The Journal of Accountancy ran a rather thorough article detailing skill sets, thought processes, and behavior patterns that are helpful toward achieving the CFO role. Although perhaps dated in some respects, the article has a number of worthwhile insights, and here is a summary:
- Priority #1 for an aspiring CFO is understanding strategy. See the “big picture” of how the organization creates value in the marketplace.
- The CFO is the CEO’s right hand. If you aspire to this role, make sure the CEO knows it. Demonstrate that you can think like a member of the board of directors and that you take seriously what the board thinks, just as the CEO does.
- Go beyond numbers and accounting. In addition to technical acumen, develop “soft” and “people” skills.
- “Look for what the market wants rather than what you want.”
- “Focus on the job content and reporting relationship.” Don’t worry too much about your title as you develop your career, strengthen your skill sets, and work on achieving your goals.
- Have a positive attitude, ask questions, and demonstrate willingness to get involved with other teams in the organization.
- The CFO must understand operations and technology. This is a persistent theme throughout much of the literature on the topic of CFO skill sets.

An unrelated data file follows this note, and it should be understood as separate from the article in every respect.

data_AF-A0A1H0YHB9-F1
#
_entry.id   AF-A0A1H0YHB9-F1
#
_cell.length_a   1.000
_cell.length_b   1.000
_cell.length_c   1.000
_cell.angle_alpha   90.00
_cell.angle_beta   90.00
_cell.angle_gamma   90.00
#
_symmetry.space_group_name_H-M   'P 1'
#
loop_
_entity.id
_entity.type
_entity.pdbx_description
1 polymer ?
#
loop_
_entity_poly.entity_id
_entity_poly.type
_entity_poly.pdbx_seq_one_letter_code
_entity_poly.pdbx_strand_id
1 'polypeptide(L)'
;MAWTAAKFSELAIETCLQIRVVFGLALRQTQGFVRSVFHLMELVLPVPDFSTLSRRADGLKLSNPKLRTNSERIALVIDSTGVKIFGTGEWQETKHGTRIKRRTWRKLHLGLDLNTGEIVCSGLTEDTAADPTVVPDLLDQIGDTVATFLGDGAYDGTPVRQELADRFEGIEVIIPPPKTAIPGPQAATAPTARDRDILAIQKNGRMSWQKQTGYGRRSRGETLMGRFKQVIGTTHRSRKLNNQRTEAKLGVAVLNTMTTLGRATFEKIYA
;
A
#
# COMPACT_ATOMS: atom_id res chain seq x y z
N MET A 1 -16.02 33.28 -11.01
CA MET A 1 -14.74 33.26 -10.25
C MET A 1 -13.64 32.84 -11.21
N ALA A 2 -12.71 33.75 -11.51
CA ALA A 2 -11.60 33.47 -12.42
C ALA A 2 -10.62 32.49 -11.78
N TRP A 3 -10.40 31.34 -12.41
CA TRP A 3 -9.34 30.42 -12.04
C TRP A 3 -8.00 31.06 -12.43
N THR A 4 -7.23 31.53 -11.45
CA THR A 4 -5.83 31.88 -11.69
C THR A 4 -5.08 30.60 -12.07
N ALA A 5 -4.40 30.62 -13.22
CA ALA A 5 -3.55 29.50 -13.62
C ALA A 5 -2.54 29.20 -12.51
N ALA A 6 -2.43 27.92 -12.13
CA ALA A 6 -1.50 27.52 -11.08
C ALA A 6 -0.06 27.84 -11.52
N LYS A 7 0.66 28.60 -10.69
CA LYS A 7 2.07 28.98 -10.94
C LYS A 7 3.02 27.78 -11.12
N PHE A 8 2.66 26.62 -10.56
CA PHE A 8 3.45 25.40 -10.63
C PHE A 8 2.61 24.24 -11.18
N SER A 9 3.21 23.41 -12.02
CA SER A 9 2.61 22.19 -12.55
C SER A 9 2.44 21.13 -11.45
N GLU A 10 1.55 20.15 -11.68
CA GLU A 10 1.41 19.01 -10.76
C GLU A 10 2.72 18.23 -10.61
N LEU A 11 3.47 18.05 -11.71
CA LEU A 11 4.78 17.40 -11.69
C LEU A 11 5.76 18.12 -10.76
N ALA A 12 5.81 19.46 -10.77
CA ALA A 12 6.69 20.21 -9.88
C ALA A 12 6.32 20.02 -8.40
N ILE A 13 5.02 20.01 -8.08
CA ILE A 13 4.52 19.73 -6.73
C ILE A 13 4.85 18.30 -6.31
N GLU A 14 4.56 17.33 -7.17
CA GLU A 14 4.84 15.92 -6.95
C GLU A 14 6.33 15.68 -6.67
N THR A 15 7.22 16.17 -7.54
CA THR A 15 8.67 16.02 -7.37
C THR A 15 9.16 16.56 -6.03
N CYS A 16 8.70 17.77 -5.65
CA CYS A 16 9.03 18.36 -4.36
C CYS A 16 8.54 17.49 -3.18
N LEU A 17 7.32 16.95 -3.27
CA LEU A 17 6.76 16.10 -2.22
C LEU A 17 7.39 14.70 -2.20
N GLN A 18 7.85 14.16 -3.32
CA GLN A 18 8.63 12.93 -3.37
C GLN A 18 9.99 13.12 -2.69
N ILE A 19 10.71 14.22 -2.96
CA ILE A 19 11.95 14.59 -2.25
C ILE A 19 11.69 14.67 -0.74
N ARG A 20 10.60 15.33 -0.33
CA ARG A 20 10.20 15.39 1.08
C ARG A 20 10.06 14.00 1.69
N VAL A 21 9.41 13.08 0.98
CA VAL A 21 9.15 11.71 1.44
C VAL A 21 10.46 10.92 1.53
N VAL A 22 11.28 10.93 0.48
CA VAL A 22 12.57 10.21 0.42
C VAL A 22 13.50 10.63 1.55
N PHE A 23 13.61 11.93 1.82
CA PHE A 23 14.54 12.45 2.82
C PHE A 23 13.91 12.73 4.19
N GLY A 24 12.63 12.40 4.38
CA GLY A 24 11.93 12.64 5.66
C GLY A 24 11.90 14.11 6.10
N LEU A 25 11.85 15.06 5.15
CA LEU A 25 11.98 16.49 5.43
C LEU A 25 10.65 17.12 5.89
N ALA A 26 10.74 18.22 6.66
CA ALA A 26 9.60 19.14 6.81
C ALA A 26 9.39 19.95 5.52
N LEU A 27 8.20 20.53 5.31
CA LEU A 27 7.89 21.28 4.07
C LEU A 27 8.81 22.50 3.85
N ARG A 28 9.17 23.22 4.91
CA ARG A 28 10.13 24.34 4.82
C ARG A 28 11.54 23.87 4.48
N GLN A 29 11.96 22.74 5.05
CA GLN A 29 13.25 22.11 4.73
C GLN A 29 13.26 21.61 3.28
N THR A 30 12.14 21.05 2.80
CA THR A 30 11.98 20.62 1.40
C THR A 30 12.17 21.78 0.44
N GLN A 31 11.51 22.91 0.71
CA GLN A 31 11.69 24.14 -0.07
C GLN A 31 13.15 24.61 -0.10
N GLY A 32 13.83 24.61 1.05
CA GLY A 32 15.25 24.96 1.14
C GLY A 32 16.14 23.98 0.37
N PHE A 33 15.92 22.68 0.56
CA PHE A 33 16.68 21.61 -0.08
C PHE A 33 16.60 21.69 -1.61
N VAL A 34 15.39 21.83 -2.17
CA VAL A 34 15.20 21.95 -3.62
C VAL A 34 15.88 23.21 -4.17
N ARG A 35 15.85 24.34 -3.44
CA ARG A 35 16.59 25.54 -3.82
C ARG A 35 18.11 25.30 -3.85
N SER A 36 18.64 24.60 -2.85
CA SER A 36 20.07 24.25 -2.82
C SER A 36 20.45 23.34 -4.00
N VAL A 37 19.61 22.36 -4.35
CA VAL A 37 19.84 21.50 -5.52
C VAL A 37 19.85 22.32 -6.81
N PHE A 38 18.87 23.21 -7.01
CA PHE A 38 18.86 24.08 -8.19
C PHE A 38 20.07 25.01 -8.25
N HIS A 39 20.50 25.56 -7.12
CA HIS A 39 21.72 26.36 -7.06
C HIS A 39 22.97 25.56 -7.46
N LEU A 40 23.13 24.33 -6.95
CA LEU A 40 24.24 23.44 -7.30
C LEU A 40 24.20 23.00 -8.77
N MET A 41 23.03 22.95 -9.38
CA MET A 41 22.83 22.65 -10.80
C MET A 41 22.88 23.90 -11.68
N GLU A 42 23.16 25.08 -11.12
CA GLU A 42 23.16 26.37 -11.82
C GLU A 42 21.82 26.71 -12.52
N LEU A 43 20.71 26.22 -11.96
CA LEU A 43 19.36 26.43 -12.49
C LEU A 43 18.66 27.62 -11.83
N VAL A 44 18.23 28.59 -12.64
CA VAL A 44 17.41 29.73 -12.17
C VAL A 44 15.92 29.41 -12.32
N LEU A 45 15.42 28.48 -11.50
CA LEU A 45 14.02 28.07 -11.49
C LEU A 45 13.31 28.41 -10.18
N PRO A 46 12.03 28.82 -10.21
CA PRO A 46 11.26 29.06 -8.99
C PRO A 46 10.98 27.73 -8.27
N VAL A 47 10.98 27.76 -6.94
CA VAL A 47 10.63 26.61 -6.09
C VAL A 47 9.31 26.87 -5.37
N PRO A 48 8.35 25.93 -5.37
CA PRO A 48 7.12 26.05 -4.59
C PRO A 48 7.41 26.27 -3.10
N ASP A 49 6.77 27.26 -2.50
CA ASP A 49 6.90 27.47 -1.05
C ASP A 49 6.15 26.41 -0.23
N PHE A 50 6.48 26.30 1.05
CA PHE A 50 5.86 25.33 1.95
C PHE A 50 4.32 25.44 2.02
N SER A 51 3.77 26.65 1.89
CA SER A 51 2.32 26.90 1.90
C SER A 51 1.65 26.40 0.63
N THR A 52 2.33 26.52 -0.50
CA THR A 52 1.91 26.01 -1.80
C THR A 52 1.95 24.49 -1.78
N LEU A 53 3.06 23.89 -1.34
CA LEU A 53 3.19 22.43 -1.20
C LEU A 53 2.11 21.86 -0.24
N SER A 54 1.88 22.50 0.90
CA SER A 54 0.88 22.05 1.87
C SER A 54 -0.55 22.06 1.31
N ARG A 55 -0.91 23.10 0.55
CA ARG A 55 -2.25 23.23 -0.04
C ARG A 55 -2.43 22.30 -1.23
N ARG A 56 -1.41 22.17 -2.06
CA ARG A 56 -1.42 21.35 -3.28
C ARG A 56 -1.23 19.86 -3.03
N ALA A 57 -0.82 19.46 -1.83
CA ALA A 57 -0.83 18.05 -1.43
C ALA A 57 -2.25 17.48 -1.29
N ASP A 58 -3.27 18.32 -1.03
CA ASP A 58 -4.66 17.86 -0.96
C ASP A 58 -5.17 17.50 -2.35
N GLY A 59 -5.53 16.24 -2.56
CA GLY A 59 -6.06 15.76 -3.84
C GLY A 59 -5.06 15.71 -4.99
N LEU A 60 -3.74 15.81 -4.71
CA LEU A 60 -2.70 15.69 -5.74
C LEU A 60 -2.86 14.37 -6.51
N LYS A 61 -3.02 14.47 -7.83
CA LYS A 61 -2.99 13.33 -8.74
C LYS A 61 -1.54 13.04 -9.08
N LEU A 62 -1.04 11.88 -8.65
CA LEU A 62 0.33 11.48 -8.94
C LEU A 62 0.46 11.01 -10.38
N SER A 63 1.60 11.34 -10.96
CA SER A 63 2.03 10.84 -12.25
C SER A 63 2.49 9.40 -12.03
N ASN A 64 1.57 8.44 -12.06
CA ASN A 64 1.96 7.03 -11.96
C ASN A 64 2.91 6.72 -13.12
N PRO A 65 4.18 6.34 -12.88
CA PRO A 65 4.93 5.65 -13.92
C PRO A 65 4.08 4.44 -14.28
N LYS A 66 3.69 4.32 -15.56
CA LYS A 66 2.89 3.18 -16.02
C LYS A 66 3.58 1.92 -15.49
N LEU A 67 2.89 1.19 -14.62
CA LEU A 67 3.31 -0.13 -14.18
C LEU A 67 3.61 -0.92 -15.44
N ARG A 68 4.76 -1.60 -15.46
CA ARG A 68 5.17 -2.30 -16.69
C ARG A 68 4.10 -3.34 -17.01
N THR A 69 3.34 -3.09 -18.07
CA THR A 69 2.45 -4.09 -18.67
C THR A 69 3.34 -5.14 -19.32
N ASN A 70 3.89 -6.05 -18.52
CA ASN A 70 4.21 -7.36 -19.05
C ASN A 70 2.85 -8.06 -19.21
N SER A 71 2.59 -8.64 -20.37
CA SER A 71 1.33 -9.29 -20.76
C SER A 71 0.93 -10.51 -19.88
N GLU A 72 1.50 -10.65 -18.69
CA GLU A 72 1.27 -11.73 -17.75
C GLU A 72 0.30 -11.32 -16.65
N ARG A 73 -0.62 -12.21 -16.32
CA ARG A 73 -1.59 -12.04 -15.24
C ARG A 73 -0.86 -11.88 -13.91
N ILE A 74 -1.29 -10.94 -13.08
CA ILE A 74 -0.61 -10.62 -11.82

- Decision-making and CPA or MBA skill sets are advantageous for differentiating your candidacy for the CFO role, possibly even more so than specific industry experience. That said, breaking into a new industry requires lots of time and hard work.
- Getting some corporate treasury or controller experience is important, as opposed to exclusively focusing on public accounting. However, working in public accounting for awhile can strengthen accounting and regulatory compliance skill sets.
- “Organizations typically want to hire a CFO who’s been a CFO.” Therefore, an aspiring CFO must develop a strategy for effective positioning as CFO material.
- Do research on an organization before interviewing, determine the company’s needs, and based on what you learn, put together a proposal demonstrating your ability to be on senior management’s problem-solver team.
- Be a self-starter, and study your organization, industry, competition, and benchmarks.
- Be a team and consensus builder who can operate cross-functionally.
- Seek out opportunities to broaden your horizons and skill sets by taking initiative and participating in various types of roles and projects in your organization.
- Maintain your reputation and integrity. You must be loyal and trustworthy.
- “Self-confidence is persuasive to your superiors.”
This is a long list, and it’s only a summary of some of the many points within the article. These ideas can help an aspiring CFO understand how to become positioned for the role through undertaking career development initiatives.